January 16, 2009

2009 Prediction – – LETSI will get off the ground

Filed under: Uncategorized — Tags: , , , — Frank Polster @ 2:54 am

With the start of a new year, the learning and education blogosphere is full of 2009 forecasts. Predicting the future is tenuous at best, but talking about is a bit of fun especially when there is the prospect of looking back a year from now and seeing if you were even close. (Some famous bloggers even attempted to review their predictions from 1999, and surprisingly a couple of them fared well even 10 years later.) So her we go – LETSI will get off the ground and promulgate a set of open web services for the Learning, Education and Training community in 2009 is my prediction.

Blogging is a new thing for me so I am going to attempt to give it a bit of a go and hopefully, add to the dialogue of learning, education and training. For those of you that are first time readers please take a look at some of the other postings below that were part of the CCK08 course. I am a big fan of informal learning, Stephen Downes, George Siemens and Jay Cross. I am a recent CCK08 “grad” — I have drunk the “cool aid” and believe in Connectivism. I believe that 80% or more of what we learn occurs outside of formal institutions and the outcomes could be much better on the informal learning side.

I have spent the last ten plus years building automation systems to support Army training in their schoolhouses, and online learning delivery to include training development and training management systems. Throughout this time, I got involved with the standards business as a charter member of SCORM, with contacts to AICC, IEEE LTS, IMS and a bunch of others. At the end of the day standards are interesting but “working code trumps all theories” (Phil Dodd) and that bit of wisdom has grounded me, as well as helped me, to winnow through all of the chafe.

So my first New Years’ resolution is to blog with a focus on learning, education and training (LET) and something called SCORM 2.0. There was a fantastic amount of energy generated over the last summer with the 200 plus white papers and formal comments. I am sure that those of you who attended the SCORM 2.0 Workshop in Pensacola have seen the minutes from the session. Since Pensacola, a small group of folks have attempted to organize your inputs into four buckets – Teaching and Learning Strategies, Architecture, Sequencing and Business Requirements – in order to layout a baseline. All of this is soon to be exposed in the near future.

On the Negative – What not to Build

Now I know folks are a bit bummed out over the depressed economy and I hate to start on such a negative note, but Stephen Downes’s recent post on What Not To Build struck me as a worthwhile starting point as we begin the next phase of describing what SCORM 2.0 could be.

The short version of what Stephen says is – Don’t build a CMS, Don’t build a platform-specific app, Don’t build a Java application, Don’t build a framework, Don’t build an educational game, Don’t build a new standard… WHOA what is this about?

Stephen says, “People are still proposing to develop, or work on, new standards, be they metadata languages, vocabularies, application profiles, and the like. Back in the days when no standards existed, this may have been a good idea. But today, the standards landscape is full. There are standards for every domain under the sun. Things that probably should not have standards – like carrier pigeon messages – have standards. What’s worse, few of these standards projects made any effort to work with or cooperate with existing standards. So the standards landscape is a mish-mash of convoluted over-engineered and competing standards. Unless you absolutely have to, don’t add to this landscape. Work with what’s there and extend it (even if the rules say you can’t).”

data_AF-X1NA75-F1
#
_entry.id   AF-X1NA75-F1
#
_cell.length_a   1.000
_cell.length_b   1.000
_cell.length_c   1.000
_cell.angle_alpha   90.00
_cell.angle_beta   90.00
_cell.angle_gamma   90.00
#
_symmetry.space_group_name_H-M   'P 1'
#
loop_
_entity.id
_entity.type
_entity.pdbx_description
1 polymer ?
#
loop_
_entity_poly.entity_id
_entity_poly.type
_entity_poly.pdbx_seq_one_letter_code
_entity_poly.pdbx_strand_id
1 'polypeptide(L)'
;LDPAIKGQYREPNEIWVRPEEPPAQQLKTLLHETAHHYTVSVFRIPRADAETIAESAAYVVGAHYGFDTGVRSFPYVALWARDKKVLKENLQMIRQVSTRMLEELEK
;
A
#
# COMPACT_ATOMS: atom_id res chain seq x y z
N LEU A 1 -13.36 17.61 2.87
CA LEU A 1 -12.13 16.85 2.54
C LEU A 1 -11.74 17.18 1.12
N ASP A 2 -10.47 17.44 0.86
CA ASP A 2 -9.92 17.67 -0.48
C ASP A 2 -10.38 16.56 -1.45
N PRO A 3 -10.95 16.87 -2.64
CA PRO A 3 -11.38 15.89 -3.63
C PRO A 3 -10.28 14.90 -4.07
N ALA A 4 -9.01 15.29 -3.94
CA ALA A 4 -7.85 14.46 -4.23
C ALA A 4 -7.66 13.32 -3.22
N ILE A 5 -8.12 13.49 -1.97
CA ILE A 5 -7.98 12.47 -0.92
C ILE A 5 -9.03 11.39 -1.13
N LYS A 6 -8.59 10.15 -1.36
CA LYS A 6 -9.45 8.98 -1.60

As a point in case, I recently  began using a web app called TimeBridge to schedule and coordinate meetings with colleagues – which exemplifies this precise example. They did not attempt to create yet another online calendar program – they instead connected the various online calendars people already use, and let them interoperate (Google, iCal, Outlook, Yahoo etc). The end result is that people can work the way they choose, and still coordinate schedules ACROSS those varied platforms. That is an example of extension and coordination providing added value.

Working with what’s there and extending it needs a little thought on the part of all of us.

Given the diversity of the SCORM 2.0 community, the depth and breath of the participants, the white papers and the emerging notion that SCORM 2.0 will be built on “existing standardized frameworks and service architectures to potentially serve as base of new SCORM functionality”, this bit of advice of what not to build makes sense.

So if you got this far your asking so what is the 2009 prediction – LETSI will get off the ground and promulgate open web services for the Learning, Education and Training community. Maybe it could be along the lines of the e-Framework folks. Here is a sample format/template that also makes the point of extending other folks standards/work e.g. Personal competency profile information service using HR XML

What to you think we/LETSI ought to build in the near term – the next six to twelve months?

Thanks Frank



  1. >>What to you think we/LETSI ought to build in the near term – the next six to twelve months?

    Given the desire not to build / design a new standard, why not look to existing standards (JA-SIG for Education Portals, SIF for Student Info Systems) and develop the “bridge” to add LMS capabilities to those communities?

    Comment by nvrijn — January 20, 2009 @ 1:24 am

  2. Agree. Thanks Frank

    Comment by Frank Polster — January 20, 2009 @ 1:44 am

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